Estimated reading time: 2 minutes, 39 seconds

The email can arrive in your inbox cleverly disguised, appearing to come from your boss, a co-worker or some other person, business or organization you trust. But click on a link or attachment as instructed and you could be in for a headache. You’ve just given cybercriminals access to your company’s data – and potentially put the business out of compliance with federal laws and regulations about protecting that data.

 

Phishing attacks are one of the most common security challenges individuals and businesses face when it comes to keeping information secure, says Beth Haddock (www.bethhaddock.com), author of Triple Bottom-Line Compliance: How to Deliver Protection, Productivity and Impact.

“The phisher’s goal is to steal sensitive and confidential information,” says Haddock, a compliance attorney who is also CEO of Warburton Advisers, a consulting firm that advises companies on compliance and ethical issues particularly when there’s a crisis.

That information could include Social Security numbers, credit card and bank account numbers, medical or educational records, dates of birth and mailing/email addresses.

That’s problematic because federal regulations may require that your business keep certain information secure. Just as an example, health providers are expected to safeguard the medical records of patients under the Health Insurance Portability and Accountability Act.

Such compliance issues can create unwelcome complications for businesses, which is why they need to be proactive in addressing phishing. Haddock says there are a few steps they can take to protect themselves, including:

Educate employees. The first line of defense against phishing is employees, because they are the ones likely to be targeted. “Make them aware of the concerns and tell them to be suspicious of emails that offer them links with little explanation, or that ask for sensitive data, even if it appears to be coming from a trusted source,” Haddock says.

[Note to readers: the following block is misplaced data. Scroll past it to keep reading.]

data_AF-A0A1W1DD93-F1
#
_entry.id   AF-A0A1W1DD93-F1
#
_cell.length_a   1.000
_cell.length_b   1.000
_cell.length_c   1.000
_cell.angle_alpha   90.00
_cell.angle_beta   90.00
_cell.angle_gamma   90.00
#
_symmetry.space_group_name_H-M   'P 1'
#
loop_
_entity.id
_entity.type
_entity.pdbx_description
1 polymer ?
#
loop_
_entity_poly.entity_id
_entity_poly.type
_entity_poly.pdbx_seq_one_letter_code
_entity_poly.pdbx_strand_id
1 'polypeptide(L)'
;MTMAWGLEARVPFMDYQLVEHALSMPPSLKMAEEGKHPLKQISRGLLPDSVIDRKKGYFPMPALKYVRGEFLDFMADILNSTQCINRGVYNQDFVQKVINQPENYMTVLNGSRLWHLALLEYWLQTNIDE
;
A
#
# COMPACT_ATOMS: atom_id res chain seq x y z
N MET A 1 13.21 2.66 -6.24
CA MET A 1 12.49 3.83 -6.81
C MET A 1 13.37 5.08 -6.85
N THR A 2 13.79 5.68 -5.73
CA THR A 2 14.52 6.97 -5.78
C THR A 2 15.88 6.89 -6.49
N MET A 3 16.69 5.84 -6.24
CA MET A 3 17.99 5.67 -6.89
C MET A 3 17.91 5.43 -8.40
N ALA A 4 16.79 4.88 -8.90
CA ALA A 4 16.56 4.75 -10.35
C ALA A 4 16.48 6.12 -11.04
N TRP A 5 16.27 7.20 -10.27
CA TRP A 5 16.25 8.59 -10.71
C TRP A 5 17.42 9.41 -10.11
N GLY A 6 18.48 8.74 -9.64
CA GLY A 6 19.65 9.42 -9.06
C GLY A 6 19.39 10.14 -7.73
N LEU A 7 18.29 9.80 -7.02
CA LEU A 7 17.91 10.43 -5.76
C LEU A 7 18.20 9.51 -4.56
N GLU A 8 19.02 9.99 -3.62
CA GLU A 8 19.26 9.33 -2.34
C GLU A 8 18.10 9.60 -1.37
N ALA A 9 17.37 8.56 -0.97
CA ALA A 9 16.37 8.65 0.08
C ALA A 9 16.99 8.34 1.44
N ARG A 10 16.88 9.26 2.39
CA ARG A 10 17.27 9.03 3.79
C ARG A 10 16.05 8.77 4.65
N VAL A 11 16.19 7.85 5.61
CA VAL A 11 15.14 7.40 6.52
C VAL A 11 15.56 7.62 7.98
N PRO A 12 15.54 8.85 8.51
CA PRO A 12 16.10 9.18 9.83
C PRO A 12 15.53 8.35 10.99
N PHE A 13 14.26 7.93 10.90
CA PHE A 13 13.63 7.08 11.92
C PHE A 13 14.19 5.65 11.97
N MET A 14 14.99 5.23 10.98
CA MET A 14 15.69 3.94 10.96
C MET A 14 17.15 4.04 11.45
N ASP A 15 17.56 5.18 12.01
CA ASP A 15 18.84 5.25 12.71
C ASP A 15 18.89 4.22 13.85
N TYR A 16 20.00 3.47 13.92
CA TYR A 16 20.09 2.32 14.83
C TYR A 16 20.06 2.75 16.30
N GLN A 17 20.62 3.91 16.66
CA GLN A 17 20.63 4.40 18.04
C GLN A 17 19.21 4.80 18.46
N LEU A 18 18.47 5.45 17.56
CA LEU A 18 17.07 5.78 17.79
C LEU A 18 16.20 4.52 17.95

Reassess who has access to data. Because employee mistakes are the most likely cause of a breach, retraining alone may not get the job done. A business or organization may want to take another look at who should have access to all that sensitive data, and make adjustments where possible.

If a breach happens, take action. You can’t just ignore the data breach, Haddock says. Right away, your IT team needs to be notified so they can get to work handling the breach. At the same time, she says, it’s important to immediately contact your compliance officer or attorney so they can take appropriate steps for reporting the breach to the proper regulatory agencies.

“These ‘phishing expeditions’ from cybercriminals represent a serious challenge for businesses and for their compliance officers,” Haddock says. “It’s critical to be aware of the threat and to know that there are steps you can take to reduce your risk and avoid finding yourself out of compliance with regulations that govern your sensitive data.”


 

Beth Haddock (www.bethhaddock.com), CEO and founder of Warburton Advisers, is the author of Triple Bottom-Line Compliance: How to Deliver Protection, Productivity and Impact. She has more than 20 years of experience as a compliance and business executive. Her consulting firm provides sustainable governance and compliance solutions to leading international corporations, technology companies, and nonprofits.

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